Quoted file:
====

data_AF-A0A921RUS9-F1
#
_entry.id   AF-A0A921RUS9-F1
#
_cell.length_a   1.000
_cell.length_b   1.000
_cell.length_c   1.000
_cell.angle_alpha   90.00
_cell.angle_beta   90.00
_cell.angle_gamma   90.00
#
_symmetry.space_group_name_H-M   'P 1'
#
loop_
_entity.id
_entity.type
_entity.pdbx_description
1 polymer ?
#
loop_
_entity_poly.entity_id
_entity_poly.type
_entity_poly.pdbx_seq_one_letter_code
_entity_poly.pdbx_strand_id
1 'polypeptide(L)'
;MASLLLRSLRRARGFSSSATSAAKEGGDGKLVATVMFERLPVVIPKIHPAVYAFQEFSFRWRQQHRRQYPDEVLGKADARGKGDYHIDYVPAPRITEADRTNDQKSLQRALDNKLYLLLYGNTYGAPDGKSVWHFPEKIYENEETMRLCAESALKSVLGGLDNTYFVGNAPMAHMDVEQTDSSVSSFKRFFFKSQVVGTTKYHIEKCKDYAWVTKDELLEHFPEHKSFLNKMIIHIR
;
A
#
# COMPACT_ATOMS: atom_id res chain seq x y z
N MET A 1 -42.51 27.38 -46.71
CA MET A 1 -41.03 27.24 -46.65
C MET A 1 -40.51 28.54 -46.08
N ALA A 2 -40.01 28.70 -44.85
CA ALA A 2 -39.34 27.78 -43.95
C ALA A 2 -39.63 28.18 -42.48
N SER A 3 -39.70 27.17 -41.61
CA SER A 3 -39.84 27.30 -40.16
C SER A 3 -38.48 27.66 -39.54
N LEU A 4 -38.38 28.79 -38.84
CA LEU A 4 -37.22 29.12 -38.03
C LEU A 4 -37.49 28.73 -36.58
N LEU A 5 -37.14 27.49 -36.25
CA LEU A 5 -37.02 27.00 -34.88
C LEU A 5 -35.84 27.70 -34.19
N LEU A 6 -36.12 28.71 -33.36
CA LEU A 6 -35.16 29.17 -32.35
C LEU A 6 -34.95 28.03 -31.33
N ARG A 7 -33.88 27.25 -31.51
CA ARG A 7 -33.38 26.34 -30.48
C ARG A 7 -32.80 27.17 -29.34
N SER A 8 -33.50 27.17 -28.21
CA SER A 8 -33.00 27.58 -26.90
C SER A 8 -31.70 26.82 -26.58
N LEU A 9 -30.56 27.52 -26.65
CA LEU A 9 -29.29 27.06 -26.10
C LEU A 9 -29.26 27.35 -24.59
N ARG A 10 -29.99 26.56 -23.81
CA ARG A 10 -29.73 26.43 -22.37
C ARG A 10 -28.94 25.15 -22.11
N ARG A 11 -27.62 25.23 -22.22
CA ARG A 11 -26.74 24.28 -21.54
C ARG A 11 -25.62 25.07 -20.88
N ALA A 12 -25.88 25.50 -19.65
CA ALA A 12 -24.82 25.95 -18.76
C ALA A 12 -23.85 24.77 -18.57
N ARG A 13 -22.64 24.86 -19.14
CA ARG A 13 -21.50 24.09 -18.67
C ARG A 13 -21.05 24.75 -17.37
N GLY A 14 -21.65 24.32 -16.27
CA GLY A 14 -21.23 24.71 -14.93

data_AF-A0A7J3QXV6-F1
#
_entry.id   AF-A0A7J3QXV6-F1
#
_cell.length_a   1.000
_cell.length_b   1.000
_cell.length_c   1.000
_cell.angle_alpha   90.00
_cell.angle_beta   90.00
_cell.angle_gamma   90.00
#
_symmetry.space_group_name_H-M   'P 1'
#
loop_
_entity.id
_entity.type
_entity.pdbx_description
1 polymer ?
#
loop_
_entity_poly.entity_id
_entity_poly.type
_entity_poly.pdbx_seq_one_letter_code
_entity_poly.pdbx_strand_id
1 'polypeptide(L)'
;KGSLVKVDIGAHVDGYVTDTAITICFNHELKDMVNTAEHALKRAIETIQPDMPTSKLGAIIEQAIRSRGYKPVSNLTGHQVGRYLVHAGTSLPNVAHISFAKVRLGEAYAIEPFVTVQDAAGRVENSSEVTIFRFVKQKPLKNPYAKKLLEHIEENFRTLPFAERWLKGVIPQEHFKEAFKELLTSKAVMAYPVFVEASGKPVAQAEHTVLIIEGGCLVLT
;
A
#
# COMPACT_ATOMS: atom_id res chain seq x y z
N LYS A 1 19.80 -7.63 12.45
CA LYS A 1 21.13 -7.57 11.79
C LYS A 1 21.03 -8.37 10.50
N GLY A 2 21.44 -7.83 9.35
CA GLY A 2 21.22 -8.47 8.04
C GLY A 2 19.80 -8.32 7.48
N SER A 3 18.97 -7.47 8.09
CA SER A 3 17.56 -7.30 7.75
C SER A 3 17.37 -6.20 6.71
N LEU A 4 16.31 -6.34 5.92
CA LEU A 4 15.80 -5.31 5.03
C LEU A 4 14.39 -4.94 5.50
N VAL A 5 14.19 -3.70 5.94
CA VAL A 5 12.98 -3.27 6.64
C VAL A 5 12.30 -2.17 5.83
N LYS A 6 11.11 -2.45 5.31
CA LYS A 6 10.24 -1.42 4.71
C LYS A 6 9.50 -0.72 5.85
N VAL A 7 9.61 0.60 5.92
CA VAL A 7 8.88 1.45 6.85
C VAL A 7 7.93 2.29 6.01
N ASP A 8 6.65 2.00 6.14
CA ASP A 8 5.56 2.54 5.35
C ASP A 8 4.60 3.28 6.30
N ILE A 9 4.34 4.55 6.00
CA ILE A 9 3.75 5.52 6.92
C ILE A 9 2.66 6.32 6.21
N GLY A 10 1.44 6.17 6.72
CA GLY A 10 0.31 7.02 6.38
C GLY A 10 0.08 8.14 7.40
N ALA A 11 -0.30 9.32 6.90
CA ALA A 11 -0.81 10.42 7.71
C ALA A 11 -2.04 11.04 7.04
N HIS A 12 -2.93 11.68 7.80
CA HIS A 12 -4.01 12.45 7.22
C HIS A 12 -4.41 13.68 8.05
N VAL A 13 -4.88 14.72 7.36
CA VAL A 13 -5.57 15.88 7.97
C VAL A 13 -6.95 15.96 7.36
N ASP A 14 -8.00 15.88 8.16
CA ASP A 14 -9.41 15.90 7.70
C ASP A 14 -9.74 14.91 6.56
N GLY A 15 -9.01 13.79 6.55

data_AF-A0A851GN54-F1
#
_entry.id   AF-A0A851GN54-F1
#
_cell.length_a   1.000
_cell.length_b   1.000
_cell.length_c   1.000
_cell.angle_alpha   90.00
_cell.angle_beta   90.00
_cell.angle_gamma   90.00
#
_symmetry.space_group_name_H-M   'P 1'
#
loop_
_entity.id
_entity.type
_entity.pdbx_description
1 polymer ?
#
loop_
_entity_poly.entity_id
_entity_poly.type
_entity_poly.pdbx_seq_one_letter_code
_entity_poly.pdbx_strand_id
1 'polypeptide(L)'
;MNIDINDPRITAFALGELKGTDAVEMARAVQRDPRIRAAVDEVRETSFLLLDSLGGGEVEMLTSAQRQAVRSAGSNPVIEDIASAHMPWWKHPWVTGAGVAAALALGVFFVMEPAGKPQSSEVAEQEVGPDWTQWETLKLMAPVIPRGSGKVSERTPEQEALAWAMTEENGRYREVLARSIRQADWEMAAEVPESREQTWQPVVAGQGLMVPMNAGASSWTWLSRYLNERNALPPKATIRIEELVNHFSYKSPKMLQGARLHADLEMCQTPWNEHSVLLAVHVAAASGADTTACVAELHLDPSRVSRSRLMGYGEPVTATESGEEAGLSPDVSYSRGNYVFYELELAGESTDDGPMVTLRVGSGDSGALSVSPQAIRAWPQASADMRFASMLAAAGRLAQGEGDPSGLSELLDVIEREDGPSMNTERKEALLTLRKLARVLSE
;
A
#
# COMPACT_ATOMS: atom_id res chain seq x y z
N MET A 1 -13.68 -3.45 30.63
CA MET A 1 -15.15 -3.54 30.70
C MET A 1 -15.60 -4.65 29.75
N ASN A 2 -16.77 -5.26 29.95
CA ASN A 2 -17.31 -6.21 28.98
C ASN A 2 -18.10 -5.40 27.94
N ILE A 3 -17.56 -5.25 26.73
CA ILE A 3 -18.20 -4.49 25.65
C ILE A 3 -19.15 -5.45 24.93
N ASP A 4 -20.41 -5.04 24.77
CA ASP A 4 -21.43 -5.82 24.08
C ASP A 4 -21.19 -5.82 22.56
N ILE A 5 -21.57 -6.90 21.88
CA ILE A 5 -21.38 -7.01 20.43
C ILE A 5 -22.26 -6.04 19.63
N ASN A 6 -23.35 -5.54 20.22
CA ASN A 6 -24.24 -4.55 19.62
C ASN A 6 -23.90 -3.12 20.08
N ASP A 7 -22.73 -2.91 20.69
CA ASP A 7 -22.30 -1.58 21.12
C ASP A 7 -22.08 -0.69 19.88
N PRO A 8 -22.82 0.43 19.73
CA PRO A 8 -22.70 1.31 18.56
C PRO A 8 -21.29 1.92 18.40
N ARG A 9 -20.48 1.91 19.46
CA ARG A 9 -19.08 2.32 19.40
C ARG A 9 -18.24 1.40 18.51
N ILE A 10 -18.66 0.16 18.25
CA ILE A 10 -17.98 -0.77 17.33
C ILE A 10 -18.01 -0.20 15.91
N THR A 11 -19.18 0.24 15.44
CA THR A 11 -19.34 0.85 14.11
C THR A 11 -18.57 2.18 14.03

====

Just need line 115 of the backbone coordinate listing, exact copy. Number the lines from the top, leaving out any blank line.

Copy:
CA VAL A 5 12.98 -3.27 6.64